Europe’s racists hide behind words like freedom and democracy to incite violence against Muslims, Turkey’s Communications Director Fahrettin Altun stated on Saturday, calling on the international community to “extinguish the fire of hate with Islam’s message of peace.”
The predecessors of racists in Europe did not respond to appeasement in the past, Altun wrote on Twitter and said that, “They won’t respond to it now.”
Altun also published a video on the issue which underlined that far-right extremism is a growing problem on the continent of Europe and is an ideology fueled by racism, Islamophobia, xenophobia and anti-Semitism.
“The rising popularity of the far-right throughout the EU is an extremely concerning development. After years of marginalization, this hate-inspired movement is going mainstream in many western countries,” the communications directorate’s video said, giving the examples of far-right representatives of the continent.
In France, far-right political leader Marine Le Pen pushes a xenophobic and anti-Islamic agenda, it said, pointing out that she has compared Muslims praying in the streets to the Nazi occupation of France and proposed the banning of the headscarf worn by Muslim women.
Moreover, in January, a special commission in the French National Assembly approved the "charter of republican values" of Islam that was introduced last year by Macron as part of the fight against "separatism." The bill was announced on Oct. 2 by Macron, who claimed that the law was needed in order to fight so-called Islamic "separatism," prompting criticism and rejection from the Muslim community.
The law is being criticized because it targets the Muslim community and imposes restrictions on almost every aspect of their lives. It allows intervening in mosques and the associations responsible for the administration of mosques while controlling the finances of associations and nongovernmental organizations (NGOs) belonging to Muslims.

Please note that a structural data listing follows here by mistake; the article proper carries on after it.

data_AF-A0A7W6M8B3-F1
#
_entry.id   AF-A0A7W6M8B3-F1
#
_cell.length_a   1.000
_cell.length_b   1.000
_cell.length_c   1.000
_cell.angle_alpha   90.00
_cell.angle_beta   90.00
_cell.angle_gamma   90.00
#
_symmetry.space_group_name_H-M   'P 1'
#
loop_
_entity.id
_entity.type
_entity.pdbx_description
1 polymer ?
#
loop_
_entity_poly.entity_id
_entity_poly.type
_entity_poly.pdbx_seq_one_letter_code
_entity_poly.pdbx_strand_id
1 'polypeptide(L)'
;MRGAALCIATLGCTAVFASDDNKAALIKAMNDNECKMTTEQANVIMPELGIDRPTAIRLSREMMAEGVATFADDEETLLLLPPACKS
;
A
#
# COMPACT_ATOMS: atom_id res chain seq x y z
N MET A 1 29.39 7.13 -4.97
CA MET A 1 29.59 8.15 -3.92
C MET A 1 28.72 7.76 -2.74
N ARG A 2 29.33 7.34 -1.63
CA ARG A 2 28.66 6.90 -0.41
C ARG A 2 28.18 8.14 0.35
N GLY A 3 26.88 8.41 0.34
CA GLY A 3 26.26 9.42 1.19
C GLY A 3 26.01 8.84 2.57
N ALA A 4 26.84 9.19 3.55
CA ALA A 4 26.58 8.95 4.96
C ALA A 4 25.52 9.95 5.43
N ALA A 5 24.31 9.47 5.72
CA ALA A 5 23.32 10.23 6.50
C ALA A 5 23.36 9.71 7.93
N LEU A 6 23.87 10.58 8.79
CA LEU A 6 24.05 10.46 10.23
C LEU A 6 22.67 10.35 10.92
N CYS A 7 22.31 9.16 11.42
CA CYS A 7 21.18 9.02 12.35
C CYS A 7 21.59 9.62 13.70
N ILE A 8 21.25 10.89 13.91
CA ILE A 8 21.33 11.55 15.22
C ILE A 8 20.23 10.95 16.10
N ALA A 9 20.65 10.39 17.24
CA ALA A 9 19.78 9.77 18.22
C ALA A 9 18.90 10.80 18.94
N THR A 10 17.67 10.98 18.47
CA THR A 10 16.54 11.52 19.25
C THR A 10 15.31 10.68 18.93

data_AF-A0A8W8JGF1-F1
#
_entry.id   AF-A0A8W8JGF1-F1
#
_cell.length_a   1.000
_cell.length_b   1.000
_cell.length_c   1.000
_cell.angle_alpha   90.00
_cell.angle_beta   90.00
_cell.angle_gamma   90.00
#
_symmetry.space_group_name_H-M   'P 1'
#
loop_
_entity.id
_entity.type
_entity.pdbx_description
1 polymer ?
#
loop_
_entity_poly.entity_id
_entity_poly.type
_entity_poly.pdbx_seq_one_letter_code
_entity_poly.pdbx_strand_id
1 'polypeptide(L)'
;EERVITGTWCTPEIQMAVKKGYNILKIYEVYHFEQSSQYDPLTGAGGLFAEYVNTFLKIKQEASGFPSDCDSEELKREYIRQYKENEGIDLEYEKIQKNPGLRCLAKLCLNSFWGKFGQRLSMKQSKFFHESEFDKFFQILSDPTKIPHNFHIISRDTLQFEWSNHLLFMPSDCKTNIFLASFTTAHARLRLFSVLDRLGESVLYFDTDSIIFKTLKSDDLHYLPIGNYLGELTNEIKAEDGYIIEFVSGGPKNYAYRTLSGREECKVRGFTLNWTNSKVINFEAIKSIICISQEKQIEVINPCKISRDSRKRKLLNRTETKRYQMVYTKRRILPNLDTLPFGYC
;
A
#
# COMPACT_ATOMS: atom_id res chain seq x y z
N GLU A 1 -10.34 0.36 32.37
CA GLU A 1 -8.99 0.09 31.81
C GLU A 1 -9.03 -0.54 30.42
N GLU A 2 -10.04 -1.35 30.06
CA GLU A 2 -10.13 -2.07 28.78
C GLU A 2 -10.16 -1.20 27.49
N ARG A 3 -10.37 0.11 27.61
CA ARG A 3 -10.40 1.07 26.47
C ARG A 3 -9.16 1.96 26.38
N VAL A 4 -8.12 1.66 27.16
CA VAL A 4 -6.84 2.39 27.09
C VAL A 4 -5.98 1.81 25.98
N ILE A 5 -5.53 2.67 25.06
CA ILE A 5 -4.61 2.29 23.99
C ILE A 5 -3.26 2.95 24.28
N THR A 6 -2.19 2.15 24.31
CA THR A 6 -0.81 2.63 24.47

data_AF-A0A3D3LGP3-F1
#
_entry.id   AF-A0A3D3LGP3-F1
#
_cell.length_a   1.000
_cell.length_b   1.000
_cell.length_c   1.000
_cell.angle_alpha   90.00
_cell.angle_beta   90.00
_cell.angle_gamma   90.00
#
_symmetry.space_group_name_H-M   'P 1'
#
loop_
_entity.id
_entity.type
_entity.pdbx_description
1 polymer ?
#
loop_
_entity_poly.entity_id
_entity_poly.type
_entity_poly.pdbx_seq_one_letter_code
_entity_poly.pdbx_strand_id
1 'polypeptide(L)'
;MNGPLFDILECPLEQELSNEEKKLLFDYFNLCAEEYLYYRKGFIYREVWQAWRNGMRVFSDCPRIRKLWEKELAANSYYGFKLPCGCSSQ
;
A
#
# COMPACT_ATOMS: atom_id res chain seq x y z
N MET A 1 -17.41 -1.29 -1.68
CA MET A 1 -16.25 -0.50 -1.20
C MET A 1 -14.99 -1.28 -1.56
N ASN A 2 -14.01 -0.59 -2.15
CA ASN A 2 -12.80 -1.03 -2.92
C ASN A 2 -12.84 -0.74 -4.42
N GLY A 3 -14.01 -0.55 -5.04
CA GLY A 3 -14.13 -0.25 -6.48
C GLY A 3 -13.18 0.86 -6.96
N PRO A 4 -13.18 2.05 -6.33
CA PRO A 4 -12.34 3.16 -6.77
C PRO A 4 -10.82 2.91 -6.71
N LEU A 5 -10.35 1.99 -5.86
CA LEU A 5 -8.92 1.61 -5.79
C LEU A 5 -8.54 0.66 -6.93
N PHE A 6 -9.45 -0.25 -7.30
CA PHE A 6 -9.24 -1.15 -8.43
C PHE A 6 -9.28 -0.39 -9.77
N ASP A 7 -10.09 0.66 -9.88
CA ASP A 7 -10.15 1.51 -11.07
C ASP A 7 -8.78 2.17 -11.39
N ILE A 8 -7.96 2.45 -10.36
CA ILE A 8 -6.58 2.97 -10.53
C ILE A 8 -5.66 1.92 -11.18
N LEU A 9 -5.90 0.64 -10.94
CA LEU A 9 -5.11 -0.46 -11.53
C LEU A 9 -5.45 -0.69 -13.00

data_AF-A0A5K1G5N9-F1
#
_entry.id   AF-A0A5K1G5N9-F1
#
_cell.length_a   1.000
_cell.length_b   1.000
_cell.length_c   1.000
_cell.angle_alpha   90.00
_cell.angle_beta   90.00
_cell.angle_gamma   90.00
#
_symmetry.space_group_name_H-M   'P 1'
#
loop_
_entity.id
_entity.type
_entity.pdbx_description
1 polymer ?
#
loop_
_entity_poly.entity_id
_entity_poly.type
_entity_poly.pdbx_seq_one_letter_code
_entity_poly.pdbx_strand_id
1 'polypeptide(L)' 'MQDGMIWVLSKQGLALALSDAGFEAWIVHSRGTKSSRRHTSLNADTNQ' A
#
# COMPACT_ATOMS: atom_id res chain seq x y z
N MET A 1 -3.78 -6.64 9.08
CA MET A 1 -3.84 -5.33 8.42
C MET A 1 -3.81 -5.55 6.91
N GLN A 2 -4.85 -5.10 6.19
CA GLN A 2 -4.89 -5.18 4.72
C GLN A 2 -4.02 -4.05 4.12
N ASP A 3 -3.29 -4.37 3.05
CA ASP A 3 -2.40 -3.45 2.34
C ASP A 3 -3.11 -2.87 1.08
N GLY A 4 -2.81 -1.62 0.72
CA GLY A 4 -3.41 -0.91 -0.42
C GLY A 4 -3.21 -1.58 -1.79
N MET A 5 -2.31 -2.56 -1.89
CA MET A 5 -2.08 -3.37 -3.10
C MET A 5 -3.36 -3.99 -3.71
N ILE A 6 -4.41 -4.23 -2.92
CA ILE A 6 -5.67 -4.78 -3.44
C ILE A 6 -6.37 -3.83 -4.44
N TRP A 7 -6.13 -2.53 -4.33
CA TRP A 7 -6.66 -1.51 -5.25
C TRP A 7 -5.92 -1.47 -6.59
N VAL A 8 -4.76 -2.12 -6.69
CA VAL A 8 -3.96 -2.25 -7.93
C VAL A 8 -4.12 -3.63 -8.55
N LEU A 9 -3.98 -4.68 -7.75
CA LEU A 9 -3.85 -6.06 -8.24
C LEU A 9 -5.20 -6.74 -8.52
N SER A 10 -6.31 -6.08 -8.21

The directorate further stated that Austria’s right-wing Populist Freedom Party members are “well-known for their Islamophobic views and constantly target Muslims with hate speech.”
The party’s leader Norbert Hofer, has said the holy Quran is more dangerous than COVID-19, it added.
“Sweden’s third largest party, the far-right Sweden democrats campaign on anti-migrant rhetoric. The party’s leader Jimmie Akesson has called Islamism the Nazism and communism of our time,” the directorate stated.
In the Netherlands, Geert Wilders and his Party for Freedom target Muslims with Islamophobic rhetoric, it stated, saying that Wilders has suggested placing a tax on women wearing hijabs and closing Dutch borders to Muslim immigrants.
The directorate also pointed out that Wilders targeted Ramadan recently. Wilders, known for his anti-Muslim stance, posted a video saying “stop Islam, stop Ramadan.”
“Islam does not belong in the Netherlands,” Wilders said last week.
“These are the many faces of far-right extremism in Europe,” the video concluded.
Racist attacks targeting Muslims or immigrants in Europe increasingly make the headlines as white supremacists become more efficient in an age where their ideals, or at least parts of them, are going mainstream. There is no single large group orchestrating these attacks against Muslims and immigrants. Rather, individual attacks lead to more copycat attacks.
The tolerant political climate under the pretext of freedom of speech has helped far-right sympathizers with violent tendencies expand their support.
Germany, for instance, has been recording Islamophobic crimes separately since 2017. In 2018, there were 910 incidents, including 48 attacks on mosques alone, a little lower than in 2017 with 1,095 crimes. Every other day throughout the course of 2019, a mosque, an Islamic institution, or a religious representative in Germany was targeted in anti-Muslim attacks. More than 90% of these were attributed to politically motivated crimes by the far-right.
President Recep Tayyip Erdoğan said earlier this year that Western countries insist on not taking measures against growing anti-Islam sentiment. Erdoğan also called on Turkish institutions to take action on issues related to Muslims and Turks in these countries. Some European countries, particularly France, have embraced a hostile stance against Muslims in recent years.
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